Serial Murder: Future Implications for Police Investigations
(3) On the issue of severing counts six and seven the court stated:
Two or more offenses are properly joined if they are based "on two or more connected acts or transactions."
Additionally, the court considered the temporal and geographical association, the nature of the crimes and the manner in which they were committed.
Here the crimes occurred within a few blocks of each other and within the space of a couple of hours. The crimes were similar in that they involved a person entering the residences of female students in an off-campus neighborhood and beating young white women with a club as they slept.
Hence the criminal acts are connected by the close proximity in time and location, by their nature, and by the manner in which they were perpetrated.27
(4) Bundy moved to exclude dental testimony on the ground that the comparison techniques were not reliable. The court explained:
Bite mark comparison evidence differs from many other kinds of scientific evidence such as blood tests, "breathalyzer" tests, and radar (as well as from inadmissible techniques such as the polygraph and voice-print analyses) in that these various techniques involve total reliance on scientific interpretation to establish a question of fact.
With bite marks evidence, on the other hand, the jury is able to see the comparison for itself by looking directly at the physical evidence in the form of photographs and models.28
The probative value of bite mark comparison in a case is for the trier of fact to determine. Bundy offered no basis for finding that the trial judge abused his discretion in allowing the bite mark evidence to be admitted.29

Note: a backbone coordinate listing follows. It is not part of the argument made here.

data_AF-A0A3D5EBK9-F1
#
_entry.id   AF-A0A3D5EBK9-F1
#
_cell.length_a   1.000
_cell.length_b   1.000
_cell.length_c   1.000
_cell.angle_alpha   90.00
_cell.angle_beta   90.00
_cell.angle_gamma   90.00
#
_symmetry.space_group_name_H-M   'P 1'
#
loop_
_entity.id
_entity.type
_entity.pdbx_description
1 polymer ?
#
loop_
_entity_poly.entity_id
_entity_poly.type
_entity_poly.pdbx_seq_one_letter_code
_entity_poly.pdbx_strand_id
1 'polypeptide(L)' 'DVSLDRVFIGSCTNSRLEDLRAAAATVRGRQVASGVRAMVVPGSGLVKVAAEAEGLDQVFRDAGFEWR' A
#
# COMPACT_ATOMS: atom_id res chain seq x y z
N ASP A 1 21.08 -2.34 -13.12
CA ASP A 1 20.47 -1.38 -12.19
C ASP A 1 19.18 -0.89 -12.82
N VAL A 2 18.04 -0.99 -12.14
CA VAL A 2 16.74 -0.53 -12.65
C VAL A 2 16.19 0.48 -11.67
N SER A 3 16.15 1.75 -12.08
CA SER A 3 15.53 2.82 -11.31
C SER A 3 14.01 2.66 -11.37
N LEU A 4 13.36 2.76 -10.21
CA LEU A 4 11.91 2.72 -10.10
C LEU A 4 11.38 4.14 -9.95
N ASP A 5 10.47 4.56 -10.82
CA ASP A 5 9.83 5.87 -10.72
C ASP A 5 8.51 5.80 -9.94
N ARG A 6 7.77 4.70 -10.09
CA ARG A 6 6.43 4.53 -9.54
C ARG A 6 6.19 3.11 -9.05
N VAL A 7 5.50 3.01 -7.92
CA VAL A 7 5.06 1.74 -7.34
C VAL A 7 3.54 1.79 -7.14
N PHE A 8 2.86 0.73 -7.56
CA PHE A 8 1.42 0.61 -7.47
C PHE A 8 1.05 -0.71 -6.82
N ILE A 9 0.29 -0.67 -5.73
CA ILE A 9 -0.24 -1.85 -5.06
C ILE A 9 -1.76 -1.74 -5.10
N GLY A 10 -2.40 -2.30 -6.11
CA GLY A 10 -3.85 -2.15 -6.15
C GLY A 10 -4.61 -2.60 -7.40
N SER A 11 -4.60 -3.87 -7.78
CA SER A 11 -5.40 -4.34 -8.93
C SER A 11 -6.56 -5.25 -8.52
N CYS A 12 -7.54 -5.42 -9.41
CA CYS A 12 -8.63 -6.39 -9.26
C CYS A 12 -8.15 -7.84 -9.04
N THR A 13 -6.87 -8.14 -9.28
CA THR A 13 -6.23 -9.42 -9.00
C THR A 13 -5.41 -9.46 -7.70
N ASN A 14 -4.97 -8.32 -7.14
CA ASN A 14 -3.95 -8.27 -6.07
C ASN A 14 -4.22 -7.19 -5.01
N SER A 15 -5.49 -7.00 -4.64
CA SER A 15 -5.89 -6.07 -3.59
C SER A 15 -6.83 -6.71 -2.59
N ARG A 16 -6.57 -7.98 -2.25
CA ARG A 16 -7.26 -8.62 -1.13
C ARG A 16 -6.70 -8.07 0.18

The Theodore Bundy appeal and the previous four cases presented in this text demonstrate not only an appellate court's willingness to review but also give careful consideration to the police methods used in investigation. From these cases, one can identify the answers to questions in how to handle the process involved in the investigation of future serial murder cases.
These cases point to the following serious questions that law enforcement agencies must be prepared to deal with in the future. Under what circumstances have the police broken from tradition and chosen to form a task force to investigate these difficult cases? How can a killer continue to murder without discovery? What is the importance of the living witness or victim? How do serial killers get caught? What interviewing techniques are most important in serial murder cases? On what occasions are arrest, search and seizure attacked on appeal? The answers to these questions, in addition to issues such as mobile killers, murders of opportunity, crime scene investigation and police conduct, are dealt with in the next two chapters.